Dual Analog Channel w/10-bit ADC…
100 Msps, Deep Buffers and 12 Digital Channels...
Unmatched features & performance for $349
The QA100 represents a new milestone in price & performance for 8- to 32-bit developers working in complex, mixed signal environments at sub 50 MHz speeds. The market today has focused on blindly offering faster and faster oscilloscopes, completely ignoring the challenges posed by mixed signal development. Worse, to achieve the faster speeds at economical prices, manufacturers have dropped to narrower ADC width and in some cases are over-clocking ADC parts, further reducing the effective bit depth of the signal to just 6 or 7 bits. Oscilloscopes aren't defined by sampling rate alone. There are a host of variables to take into account. And the right scope for you depends on the types of systems you are working on.
In developing the QA100, we have stepped back and studied the needs of mixed-signal developers. Most working on complex embedded systems are not just hardware or just software engineers. They are engineering “supermen” (and women) that straddle the boundary between software and hardware. They are fluent in C code, assembly, verilog and solder. They might be working on UI code one day, and fixing a problem found in the FPGA the next. Their clocks speeds aren’t necessarily sky high, but the complexity is. Quickly diagnosing, documenting and sharing the solution is critical.
The QA100 targets this engineer.
The QA100 is a PC-based oscilloscope for Windows XP, Vista, Windows 8 and later. This means the PC is used to collect, display and analyze your data. The connection to your PC happens over a USB High Speed link, and the high-speed transfer rate (up to 480Mbps) means screen update rates rivaling video games are possible. It also means you are looking at data on a high resolution desktop monitor in 32-bit color instead of a low-cost LCD panel that can display limited resolution. And best yet, your mouse and keyboard can drive the user interface and accomplish tasks in a fraction of the time it takes on a standalone scope. Sharing data has never been easier, with the ability to display comments directly on the screen fixed at a certain point in time. Add a note to the capture, copy the screen, drop it in an email and explain the problem to other engineers in less time than ever before.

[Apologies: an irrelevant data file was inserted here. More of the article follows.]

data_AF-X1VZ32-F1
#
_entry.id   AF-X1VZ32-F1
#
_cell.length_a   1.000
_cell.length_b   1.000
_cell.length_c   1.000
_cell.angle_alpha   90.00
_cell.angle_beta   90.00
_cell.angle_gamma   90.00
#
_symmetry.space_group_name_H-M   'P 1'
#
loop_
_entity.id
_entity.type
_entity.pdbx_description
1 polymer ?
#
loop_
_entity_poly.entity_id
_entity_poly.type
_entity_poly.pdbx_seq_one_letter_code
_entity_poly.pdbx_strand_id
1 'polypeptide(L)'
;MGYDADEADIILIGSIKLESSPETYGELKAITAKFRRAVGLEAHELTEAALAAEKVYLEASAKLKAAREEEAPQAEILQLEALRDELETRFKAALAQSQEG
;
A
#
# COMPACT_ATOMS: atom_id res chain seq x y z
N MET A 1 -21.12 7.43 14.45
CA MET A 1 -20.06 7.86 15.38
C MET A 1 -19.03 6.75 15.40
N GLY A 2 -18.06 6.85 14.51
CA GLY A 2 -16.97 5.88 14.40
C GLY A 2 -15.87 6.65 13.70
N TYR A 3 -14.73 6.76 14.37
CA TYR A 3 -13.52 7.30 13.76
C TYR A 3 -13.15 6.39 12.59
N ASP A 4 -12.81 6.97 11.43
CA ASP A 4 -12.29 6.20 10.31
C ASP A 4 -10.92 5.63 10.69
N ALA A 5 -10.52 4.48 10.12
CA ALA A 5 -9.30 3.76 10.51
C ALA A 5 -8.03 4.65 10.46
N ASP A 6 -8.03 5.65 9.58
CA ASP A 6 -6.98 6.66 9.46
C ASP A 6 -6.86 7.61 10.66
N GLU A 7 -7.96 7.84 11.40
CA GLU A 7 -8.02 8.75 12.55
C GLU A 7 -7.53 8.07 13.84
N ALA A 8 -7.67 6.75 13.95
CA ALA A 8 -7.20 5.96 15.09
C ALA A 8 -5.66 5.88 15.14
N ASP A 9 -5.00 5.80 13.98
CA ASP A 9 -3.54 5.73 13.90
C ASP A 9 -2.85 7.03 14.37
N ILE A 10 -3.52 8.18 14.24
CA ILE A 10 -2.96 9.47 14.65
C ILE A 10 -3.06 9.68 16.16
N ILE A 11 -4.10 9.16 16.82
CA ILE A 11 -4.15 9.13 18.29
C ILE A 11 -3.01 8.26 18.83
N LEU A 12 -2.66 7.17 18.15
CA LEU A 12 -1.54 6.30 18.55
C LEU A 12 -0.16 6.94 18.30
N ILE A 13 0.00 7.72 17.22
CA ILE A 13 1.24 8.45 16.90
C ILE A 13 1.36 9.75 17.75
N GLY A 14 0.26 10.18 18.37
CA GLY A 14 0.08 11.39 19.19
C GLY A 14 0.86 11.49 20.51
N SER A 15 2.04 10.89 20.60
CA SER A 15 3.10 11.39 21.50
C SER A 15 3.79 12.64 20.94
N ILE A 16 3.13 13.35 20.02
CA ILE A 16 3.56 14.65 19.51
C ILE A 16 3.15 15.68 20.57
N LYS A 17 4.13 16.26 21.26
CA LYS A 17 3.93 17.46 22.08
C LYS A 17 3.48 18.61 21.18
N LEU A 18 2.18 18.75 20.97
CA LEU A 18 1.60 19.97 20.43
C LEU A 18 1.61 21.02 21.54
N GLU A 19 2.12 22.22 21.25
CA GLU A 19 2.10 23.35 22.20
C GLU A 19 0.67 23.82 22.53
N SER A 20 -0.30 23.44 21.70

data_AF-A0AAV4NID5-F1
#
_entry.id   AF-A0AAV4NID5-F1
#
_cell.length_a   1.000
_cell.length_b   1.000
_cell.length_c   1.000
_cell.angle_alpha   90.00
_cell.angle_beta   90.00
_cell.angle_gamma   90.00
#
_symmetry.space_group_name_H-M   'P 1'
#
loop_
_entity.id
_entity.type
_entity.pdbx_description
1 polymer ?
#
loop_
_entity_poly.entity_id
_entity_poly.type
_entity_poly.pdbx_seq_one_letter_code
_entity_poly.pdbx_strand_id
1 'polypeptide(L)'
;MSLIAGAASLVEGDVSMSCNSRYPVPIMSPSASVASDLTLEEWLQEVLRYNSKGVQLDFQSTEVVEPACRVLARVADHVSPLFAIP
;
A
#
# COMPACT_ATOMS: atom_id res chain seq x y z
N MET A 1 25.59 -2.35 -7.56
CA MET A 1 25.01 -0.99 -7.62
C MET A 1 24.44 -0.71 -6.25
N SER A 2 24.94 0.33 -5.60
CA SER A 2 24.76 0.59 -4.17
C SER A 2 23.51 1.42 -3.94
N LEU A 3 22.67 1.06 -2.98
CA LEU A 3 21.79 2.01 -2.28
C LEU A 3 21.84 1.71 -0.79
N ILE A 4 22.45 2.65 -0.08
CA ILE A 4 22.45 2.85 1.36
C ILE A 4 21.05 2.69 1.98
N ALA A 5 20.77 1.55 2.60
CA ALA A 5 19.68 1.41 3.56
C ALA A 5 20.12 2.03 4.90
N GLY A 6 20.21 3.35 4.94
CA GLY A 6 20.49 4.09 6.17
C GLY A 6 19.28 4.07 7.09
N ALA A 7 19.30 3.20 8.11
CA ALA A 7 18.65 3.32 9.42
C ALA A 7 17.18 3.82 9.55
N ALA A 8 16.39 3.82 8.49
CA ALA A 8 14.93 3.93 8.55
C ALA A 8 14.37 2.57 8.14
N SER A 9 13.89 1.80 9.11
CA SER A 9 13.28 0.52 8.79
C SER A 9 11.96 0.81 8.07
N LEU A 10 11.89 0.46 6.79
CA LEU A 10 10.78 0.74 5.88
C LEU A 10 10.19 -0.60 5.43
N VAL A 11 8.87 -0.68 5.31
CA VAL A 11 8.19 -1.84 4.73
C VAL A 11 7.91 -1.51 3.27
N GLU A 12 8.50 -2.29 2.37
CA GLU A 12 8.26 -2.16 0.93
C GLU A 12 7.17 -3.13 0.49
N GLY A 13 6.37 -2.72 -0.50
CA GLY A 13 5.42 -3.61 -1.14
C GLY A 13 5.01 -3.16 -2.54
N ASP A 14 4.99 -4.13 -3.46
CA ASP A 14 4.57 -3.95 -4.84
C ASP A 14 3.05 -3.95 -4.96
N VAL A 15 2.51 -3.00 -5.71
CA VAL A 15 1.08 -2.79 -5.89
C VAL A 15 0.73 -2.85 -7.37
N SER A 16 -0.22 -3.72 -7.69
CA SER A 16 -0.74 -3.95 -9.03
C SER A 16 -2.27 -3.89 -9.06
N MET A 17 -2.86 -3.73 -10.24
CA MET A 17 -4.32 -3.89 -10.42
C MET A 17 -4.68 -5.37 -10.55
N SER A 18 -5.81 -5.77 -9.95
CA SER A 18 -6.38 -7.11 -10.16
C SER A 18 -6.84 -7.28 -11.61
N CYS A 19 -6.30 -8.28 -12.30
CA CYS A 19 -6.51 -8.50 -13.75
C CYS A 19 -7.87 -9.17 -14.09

We are mixed-signal developers ourselves. In developing the scope, we knew we wanted wide ADCs from the start. Why is this important when a scope has so much input gain control? Because the width of the ADC determines your dynamic range, or the size of the smallest signal you can see when a large signal is present. For spotting noise in the frequency domain, a 10-bit converter can let you resolve noise that is 12 dB lower than an 8-bit scope. This is important if you are looking for switching power supply noise on a sensitive analog line, for example. You just can't do this kind of analysis on a sub $500 bench-top scope.
We also knew we wanted enough logic analyzer channels to really figure out what was happening. Today, we provide 12 logic channels, but the hardware supports up to 32. We hope a future update--at no additional cost--will unlock these channels. As expected, the ability to display channels as a group is provided, as is the ability to perform complex protocol decoding. Working with custom or esoteric protocols? You can use free tools from Microsoft to write your own protocol analyzer using the samples provided. This makes it easy to show things such as encrypted data values in plaintext, or to write code to verify timing requirements.
And finally, we know nothing is more frustrating than limited memory. We included super-deep buffers to allow you to capture long sequences of data--at full speed. Yes, there are products out there that like to claim they can offer your entire hard drive as a buffer. But they can only do that at sampling rates that are, frankly, problematic for all but the simplest of systems.